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Oracle sets conference plans

Oracle has announced plans to hold a conference in New Orleans in February 2001 for users of its business applications, an event that will pit the software vendor against the independent Oracle Applications Users Group (OAUG), which runs two conferences in the US each year. The OAUG plans to hold its spring conference two months later in Atlanta, where the user group is based. The scheduling of Oracle Applications World, which is what Oracle is calling its conference, follows the OAUG's April rejection of a proposal to combine its two conferences into a single Oracle-sponsored event. That decision, which was announced at this year's OAUG conference, prompted Oracle to say that it would go ahead and hold its own applications conference starting next year. www.oracle.comPC giant introduces new Web serversIBM is introducing a slew of new servers with new chip technology and software aimed at improving Web server performance. Big Blue recently announced new models for its AS/400e server line that will take on Sun Microsystems' midrange Enterprise line of boxes. For instance, IBM is claiming the new AS/400 840 is able to run 108,153 messages per second, which it claims is four times faster than the comparable Sun E6500 box can handle. Boosting their Web serving performance, the IBM machines will have CPUs with copper wiring inside, letting them run faster and cooler than chips with standard aluminum wires.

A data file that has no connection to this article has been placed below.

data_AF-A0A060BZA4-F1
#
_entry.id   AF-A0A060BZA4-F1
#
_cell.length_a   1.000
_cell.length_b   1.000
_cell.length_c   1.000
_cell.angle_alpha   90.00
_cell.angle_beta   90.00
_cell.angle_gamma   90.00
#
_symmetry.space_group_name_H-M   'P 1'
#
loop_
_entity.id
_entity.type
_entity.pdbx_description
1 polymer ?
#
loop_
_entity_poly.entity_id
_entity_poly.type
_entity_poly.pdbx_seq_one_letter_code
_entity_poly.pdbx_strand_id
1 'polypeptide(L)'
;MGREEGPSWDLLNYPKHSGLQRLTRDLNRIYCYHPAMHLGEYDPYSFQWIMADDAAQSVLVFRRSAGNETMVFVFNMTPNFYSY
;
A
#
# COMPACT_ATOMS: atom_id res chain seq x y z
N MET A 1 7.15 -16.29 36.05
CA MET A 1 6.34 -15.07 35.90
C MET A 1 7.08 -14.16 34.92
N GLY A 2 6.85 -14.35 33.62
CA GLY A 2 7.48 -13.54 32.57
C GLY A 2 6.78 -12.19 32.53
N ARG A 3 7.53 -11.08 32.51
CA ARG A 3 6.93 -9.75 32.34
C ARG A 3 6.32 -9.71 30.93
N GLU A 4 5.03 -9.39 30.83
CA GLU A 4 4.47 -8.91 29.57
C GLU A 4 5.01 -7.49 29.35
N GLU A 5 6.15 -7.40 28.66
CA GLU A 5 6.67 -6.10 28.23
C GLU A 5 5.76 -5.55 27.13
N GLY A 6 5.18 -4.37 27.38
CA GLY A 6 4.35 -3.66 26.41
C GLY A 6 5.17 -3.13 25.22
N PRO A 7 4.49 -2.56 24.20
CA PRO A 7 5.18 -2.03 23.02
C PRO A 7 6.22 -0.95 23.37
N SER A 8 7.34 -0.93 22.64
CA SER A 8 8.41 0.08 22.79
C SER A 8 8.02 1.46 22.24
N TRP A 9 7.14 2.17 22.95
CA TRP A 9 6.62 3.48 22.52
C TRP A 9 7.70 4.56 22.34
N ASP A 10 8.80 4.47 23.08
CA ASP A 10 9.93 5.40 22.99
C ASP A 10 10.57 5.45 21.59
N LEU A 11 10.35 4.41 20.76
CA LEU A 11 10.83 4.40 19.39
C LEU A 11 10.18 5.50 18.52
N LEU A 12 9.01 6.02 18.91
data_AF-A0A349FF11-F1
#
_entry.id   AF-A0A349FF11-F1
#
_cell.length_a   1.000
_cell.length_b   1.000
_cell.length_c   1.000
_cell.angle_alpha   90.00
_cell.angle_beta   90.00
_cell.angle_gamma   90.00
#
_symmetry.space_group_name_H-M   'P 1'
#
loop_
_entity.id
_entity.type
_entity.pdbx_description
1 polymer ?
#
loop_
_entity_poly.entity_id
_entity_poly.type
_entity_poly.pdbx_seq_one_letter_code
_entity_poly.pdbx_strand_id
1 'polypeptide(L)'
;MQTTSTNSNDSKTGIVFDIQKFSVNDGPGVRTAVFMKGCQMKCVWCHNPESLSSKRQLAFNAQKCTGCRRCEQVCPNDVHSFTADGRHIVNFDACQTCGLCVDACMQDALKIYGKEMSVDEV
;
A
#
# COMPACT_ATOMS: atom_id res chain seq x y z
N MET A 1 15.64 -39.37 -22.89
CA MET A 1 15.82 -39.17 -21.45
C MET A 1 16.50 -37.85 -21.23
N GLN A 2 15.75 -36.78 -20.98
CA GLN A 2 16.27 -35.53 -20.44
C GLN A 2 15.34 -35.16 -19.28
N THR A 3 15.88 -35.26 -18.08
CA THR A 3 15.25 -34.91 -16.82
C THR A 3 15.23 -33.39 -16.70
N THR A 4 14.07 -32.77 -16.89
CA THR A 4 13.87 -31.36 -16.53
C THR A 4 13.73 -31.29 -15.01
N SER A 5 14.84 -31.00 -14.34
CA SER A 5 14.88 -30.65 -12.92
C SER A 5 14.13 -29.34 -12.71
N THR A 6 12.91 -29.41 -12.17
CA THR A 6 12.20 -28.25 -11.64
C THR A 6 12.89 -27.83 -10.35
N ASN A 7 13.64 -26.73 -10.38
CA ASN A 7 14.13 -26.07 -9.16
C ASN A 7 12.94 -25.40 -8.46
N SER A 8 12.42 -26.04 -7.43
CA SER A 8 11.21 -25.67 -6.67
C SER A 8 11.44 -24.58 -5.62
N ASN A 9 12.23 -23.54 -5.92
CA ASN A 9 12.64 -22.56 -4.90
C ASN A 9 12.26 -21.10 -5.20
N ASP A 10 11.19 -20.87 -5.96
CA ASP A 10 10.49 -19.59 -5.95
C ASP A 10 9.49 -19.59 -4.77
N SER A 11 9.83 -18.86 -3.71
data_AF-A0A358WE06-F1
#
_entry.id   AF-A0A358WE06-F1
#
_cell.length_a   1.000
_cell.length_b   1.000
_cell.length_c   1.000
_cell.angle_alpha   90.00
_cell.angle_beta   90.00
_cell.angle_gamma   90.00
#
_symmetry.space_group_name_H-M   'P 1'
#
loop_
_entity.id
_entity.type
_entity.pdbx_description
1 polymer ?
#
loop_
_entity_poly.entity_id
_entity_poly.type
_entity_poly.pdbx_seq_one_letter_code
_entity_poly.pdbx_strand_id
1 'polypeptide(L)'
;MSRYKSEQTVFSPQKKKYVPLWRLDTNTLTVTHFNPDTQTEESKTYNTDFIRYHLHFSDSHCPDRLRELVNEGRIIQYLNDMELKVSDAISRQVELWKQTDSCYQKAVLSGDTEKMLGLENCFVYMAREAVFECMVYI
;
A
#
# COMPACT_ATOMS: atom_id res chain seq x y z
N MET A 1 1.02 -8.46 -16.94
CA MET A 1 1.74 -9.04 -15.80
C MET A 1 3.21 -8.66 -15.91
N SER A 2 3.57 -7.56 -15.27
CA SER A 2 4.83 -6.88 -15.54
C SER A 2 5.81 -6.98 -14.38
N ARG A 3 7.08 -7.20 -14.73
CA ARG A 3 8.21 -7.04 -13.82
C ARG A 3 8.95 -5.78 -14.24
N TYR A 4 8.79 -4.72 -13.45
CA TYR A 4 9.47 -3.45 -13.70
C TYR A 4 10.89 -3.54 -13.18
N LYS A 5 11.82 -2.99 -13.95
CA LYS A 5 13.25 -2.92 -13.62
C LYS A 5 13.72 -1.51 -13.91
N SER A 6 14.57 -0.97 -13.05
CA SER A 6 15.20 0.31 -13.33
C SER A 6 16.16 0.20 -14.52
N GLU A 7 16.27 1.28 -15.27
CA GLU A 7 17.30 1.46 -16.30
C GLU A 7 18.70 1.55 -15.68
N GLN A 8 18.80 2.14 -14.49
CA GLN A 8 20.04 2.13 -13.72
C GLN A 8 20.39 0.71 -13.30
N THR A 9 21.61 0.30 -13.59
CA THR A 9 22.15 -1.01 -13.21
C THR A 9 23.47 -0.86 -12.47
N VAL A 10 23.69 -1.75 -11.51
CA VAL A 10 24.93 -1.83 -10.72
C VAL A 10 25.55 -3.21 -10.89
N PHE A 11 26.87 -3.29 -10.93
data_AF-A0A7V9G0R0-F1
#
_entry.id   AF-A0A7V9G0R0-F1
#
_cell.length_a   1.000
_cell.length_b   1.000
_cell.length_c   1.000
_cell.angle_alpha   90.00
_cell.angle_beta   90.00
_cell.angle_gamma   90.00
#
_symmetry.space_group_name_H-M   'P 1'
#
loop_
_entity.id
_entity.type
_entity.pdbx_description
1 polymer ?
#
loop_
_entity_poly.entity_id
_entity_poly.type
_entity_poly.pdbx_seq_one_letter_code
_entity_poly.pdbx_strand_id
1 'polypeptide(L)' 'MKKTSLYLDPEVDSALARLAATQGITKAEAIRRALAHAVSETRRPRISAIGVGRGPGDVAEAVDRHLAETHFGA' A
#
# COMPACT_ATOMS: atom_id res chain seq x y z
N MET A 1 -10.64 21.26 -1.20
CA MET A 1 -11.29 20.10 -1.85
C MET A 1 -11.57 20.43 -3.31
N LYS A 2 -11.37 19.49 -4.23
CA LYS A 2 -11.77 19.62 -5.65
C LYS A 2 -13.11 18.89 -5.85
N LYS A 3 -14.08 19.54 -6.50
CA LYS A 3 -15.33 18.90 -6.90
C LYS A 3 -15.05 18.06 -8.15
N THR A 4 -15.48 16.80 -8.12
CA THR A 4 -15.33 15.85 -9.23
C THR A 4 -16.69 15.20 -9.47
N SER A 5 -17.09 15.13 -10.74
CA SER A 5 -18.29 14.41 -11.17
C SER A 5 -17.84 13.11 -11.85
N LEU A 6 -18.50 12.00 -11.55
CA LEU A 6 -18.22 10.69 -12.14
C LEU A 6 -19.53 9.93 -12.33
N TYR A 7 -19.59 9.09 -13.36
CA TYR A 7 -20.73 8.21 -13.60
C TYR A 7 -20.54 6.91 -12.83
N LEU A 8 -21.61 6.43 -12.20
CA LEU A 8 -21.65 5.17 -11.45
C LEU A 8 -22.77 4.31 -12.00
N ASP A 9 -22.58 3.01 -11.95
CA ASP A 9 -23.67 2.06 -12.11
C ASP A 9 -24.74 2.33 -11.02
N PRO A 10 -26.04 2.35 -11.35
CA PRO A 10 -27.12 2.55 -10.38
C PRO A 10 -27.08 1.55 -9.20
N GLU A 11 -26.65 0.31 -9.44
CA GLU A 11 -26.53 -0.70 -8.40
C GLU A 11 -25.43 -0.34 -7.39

Additionally, the AS/400e CPUs also come with IBM's silicon on insulator (SOI) technology, a method of covering the transistors with silicon to prevent electrical leaks. www.ibm.com.auTivoli adds security to wirelessTivoli Systems has announced that its SecureWay Policy Director software will now be able to handle personal digital assistants and other handhelds devices.

Policy Director software lets IS staff centrally manage the authentication of end users and ensure only the appropriate network resources are accessible to them. Now the product will oversee security for wireless access protocol (WAP)-based devices, like a Nokia mobile phone. Tivoli has placed a hook into Policy Director that let it talk to the WAP gateway server and view the wireless sessions going on there for security management. This will save users the time and expense of creating a separate, dedicated wireless security system in addition to their existing one, according to the company. www.tivoli.com


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